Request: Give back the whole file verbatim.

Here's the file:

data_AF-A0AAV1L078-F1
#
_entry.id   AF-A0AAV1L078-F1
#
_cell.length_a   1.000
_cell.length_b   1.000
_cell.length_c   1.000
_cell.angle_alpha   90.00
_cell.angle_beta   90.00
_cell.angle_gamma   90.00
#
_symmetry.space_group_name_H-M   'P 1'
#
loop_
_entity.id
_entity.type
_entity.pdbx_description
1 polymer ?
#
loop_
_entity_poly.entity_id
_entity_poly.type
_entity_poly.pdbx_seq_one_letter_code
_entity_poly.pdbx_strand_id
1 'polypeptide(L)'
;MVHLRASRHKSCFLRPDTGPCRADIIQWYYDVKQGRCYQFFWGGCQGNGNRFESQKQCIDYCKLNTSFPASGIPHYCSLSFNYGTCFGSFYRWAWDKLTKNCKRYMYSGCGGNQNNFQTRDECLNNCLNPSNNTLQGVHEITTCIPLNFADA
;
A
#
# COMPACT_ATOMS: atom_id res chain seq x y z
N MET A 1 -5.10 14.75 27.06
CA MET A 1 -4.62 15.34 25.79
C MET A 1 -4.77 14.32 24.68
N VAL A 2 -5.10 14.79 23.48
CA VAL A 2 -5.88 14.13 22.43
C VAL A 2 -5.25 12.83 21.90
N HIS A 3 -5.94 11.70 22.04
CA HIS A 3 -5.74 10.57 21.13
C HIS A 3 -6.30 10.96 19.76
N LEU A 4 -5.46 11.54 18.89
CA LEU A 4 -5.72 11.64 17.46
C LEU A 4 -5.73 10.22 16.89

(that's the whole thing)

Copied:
data_AF-A0AAV1L078-F1
#
_entry.id   AF-A0AAV1L078-F1
#
_cell.length_a   1.000
_cell.length_b   1.000
_cell.length_c   1.000
_cell.angle_alpha   90.00
_cell.angle_beta   90.00
_cell.angle_gamma   90.00
#
_symmetry.space_group_name_H-M   'P 1'
#
loop_
_entity.id
_entity.type
_entity.pdbx_description
1 polymer ?
#
loop_
_entity_poly.entity_id
_entity_poly.type
_entity_poly.pdbx_seq_one_letter_code
_entity_poly.pdbx_strand_id
1 'polypeptide(L)'
;MVHLRASRHKSCFLRPDTGPCRADIIQWYYDVKQGRCYQFFWGGCQGNGNRFESQKQCIDYCKLNTSFPASGIPHYCSLSFNYGTCFGSFYRWAWDKLTKNCKRYMYSGCGGNQNNFQTRDECLNNCLNPSNNTLQGVHEITTCIPLNFADA
;
A
#
# COMPACT_ATOMS: atom_id res chain seq x y z
N MET A 1 -5.10 14.75 27.06
CA MET A 1 -4.62 15.34 25.79
C MET A 1 -4.77 14.32 24.68
N VAL A 2 -5.10 14.79 23.48
CA VAL A 2 -5.88 14.13 22.43
C VAL A 2 -5.25 12.83 21.90
N HIS A 3 -5.94 11.70 22.04
CA HIS A 3 -5.74 10.57 21.13
C HIS A 3 -6.30 10.96 19.76
N LEU A 4 -5.46 11.54 18.89
CA LEU A 4 -5.72 11.64 17.46
C LEU A 4 -5.73 10.22 16.89